I am not White, but all those posts about what White people should do in the Black Lives Matter movement apply to me nonetheless. My experience as an Asian American differs greatly from those of Black Americans. Therefore, my fight for racial justice is against the oppression of people of my own race as well as in solidarity with other people of color.
I can’t do all the things on the recommended action list; I can’t bail out all protesters in the jail; I can’t read all the recommended books and watch all the recommended movies; I can’t talk to every individual who argues All Lives Matters; I can’t even tell my own mom that her ideas are racists.
Which puts me into a dark tunnel of feeling inadequate. I am not doing enough. I am wasting my life. I am a loser. And I am letting people die. The train of thoughts quickly takes me to the black hole of guilt. Guilty for everything.
Photo by Desertrose7 (pixabay.com)
One day last week when I was extremely struggling with the dismal reality of Black lives in this country, I kept repeating to myself: “I am not Black.” It sounded non-sensical because it is beyond obvious. What the heck did I mean? Later I interpreted it as a clash of emotions that I was experiencing at the moment: a strong desire to understand the suffering of Black people and an undeniable relief that I don’t have to experience the same kind of suffering as theirs.
This morning, I collapsed in my kitchen after seeing the title of a Washington Post article: “When black people are in pain, white people just join book clubs.” I rolled on the floor, laughing and then soon after, sobbing. It was a heart-wrenching confirmation of indisputable reality: life-threatening racism that one group of people are locked in due to their skin color is optional for other groups of people to engage like choosing a hobby. Unfair is an understatement.
Yet, I used my privilege as a non-Black person to opt out when I blocked two friends on Facebook last week. I felt so fed up with their posts of condemning looters that I just lost my patience. I did not attempt to engage them in a conversation and educate them. I felt guilty for not fulfilling that part as an ally to Black people. I felt like a failure.
In the same week, my interactions with two other friends made me feel like less of a failure. One was a recent immigrant from S. Korea to Texas. He posted an update with his quarantined life with a hashtag #AllLivesMatter. Giving him a benefit of doubt, I asked him whether he understood its context. It turned out that he had no idea about its representation of White supremacy. He thought it was an umbrella term that encompasses the Black Lives Matter movement.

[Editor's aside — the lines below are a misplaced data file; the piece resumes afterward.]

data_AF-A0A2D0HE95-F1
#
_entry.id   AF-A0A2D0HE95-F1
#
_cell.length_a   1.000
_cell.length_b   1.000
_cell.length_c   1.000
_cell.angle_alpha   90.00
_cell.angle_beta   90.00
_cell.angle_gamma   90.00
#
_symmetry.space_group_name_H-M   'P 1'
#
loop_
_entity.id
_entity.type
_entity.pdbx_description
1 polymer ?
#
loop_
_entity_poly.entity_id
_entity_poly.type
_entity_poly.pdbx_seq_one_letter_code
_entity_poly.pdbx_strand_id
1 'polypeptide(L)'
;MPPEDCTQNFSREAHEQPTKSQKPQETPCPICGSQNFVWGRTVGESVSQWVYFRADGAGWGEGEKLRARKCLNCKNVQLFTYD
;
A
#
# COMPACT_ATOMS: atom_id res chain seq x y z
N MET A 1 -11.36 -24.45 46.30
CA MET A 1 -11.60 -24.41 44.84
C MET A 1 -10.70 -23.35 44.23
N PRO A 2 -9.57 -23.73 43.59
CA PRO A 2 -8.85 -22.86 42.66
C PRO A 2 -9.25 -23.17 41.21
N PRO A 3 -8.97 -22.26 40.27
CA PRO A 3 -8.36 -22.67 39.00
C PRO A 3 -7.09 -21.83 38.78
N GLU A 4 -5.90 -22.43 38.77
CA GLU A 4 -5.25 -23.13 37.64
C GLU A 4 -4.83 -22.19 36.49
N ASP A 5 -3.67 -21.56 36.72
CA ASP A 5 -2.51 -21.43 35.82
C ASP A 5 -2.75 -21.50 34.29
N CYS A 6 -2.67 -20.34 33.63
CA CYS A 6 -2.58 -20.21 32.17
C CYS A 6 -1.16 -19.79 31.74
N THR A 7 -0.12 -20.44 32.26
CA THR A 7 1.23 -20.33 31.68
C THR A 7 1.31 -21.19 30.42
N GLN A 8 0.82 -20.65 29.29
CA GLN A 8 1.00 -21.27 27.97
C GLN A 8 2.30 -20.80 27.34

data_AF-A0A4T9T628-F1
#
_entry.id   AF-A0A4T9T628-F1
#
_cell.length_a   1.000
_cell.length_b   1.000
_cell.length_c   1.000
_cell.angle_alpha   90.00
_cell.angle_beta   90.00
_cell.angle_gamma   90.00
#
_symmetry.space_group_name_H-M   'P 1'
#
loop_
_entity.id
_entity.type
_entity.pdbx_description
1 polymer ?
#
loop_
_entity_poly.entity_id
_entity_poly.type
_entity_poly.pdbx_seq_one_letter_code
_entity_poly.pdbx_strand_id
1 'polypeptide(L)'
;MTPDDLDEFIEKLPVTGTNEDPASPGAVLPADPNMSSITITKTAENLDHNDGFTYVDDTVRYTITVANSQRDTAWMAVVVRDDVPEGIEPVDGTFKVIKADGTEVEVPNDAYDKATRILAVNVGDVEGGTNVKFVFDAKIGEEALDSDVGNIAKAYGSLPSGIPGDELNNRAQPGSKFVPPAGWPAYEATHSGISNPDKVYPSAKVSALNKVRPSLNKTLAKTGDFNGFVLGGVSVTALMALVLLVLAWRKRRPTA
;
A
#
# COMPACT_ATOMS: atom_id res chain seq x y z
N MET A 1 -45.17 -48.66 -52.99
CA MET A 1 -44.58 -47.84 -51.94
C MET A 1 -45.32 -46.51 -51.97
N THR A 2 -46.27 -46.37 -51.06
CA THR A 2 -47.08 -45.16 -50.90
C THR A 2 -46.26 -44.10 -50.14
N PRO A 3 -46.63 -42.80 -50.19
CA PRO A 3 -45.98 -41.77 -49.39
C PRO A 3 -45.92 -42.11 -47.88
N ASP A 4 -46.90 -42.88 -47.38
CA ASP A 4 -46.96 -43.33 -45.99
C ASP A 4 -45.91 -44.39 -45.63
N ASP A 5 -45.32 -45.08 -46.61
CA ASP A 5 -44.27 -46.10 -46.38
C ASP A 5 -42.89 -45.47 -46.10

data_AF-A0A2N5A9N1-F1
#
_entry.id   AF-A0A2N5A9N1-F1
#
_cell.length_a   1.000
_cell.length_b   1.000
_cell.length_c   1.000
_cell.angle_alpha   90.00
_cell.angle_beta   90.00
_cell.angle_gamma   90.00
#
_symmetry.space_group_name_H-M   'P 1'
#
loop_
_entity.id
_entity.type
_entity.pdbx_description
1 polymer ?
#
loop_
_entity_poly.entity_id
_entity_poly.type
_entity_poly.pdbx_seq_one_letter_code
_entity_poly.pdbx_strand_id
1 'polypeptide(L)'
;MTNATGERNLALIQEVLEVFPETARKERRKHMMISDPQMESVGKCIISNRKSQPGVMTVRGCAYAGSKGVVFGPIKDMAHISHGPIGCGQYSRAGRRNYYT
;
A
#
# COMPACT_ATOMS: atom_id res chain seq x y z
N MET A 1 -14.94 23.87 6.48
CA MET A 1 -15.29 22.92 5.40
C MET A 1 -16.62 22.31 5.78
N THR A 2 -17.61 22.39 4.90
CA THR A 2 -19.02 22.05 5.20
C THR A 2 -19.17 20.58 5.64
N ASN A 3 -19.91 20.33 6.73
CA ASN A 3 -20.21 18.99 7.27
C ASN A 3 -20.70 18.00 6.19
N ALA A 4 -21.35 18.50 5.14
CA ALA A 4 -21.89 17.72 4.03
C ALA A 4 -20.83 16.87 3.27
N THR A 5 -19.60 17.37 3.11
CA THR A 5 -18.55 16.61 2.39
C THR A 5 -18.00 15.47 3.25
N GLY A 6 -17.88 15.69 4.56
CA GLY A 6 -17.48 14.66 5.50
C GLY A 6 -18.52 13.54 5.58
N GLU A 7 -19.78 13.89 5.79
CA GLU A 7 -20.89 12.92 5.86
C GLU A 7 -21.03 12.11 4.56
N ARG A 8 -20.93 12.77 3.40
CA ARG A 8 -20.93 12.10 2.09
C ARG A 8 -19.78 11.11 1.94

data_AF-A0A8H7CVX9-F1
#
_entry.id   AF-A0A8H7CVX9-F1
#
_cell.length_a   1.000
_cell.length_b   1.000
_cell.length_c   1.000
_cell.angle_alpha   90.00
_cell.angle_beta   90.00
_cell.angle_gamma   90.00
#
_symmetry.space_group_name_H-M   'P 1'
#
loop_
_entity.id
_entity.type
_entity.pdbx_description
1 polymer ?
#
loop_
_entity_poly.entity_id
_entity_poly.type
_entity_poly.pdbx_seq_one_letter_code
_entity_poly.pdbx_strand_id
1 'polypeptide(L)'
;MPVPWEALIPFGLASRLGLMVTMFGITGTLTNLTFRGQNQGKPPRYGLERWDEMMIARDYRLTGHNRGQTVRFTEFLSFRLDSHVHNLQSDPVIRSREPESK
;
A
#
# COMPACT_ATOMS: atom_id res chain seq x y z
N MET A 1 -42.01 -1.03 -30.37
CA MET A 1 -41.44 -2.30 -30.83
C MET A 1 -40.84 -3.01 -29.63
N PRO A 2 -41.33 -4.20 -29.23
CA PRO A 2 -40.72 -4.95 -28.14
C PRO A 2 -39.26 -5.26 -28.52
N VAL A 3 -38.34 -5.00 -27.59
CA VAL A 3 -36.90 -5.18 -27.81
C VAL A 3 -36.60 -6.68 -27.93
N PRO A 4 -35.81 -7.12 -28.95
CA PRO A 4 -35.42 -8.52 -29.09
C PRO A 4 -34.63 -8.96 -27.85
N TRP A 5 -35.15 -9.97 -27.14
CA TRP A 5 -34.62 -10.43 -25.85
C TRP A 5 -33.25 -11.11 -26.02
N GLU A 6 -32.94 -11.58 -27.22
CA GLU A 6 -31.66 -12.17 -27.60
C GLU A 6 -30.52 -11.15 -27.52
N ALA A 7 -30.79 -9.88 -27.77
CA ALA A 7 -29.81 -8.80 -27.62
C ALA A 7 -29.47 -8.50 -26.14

Another was a friend in Korea who used to live in NYC. He thought we should ban possession of guns to reduce the violence in the US instead of defunding police. I explained to him that the US police force is so rigged that it will be faster to replace it than try to reform it from within. Later on, he confessed that he had changed his mind about the need for police. He realized that our modern society demands specialized professionals for different community needs rather than armed forces.
The question “What can I do?” should never cease in our heads. We should constantly seek ways to fight for justice and take care of each other. At the same time, we need to acknowledge our intentions, actions, and effects. When there is progress, we can rejoice and use that energy to do more.
My feeling of inadequacy will not go away easily, so today I read these poems by Mary Oliver and try to focus on what I can do instead of what I can’t.
First Yoga Lesson
“Be a lotus in the pond,” she said, “opening
slowly, no single energy tugging
against another but peacefully,
I couldn’t even touch my toes.
“Feel your quadriceps stretching?” she asked.
Well, something was certainly stretching.
Standing impressively upright, she
raised one leg and placed it against
the other, then lifted her arms and
shook her hands like leaves. “Be a tree,” she said.
I lay on the floor, exhausted.
But to be a lotus in the pond
opening slowly, and very slowly rising–
that I could do.
What I Can Do.
The television has two instruments that control it.
I get confused.
The washer asks me, do you want regular or delicate?
Honestly, I just want clean.
Everything is like that.
I won’t even mention cell phones.
I can turn on the light of the lamp beside my chair
Where a book is waiting, but that’s about it.
Oh yes, and I can strike a match and make fire.
Find what you can do. If it’s striking a match and making fire, do that.
PS: I shared my idea about what you can do for the BLM movement in my last letter. You can read it here: Protest, But Don't Be A Protester.
PPS: You can click on the title of this letter to leave comments. I’d love to hear your thoughts. Please share this letter with your family and friends you care about.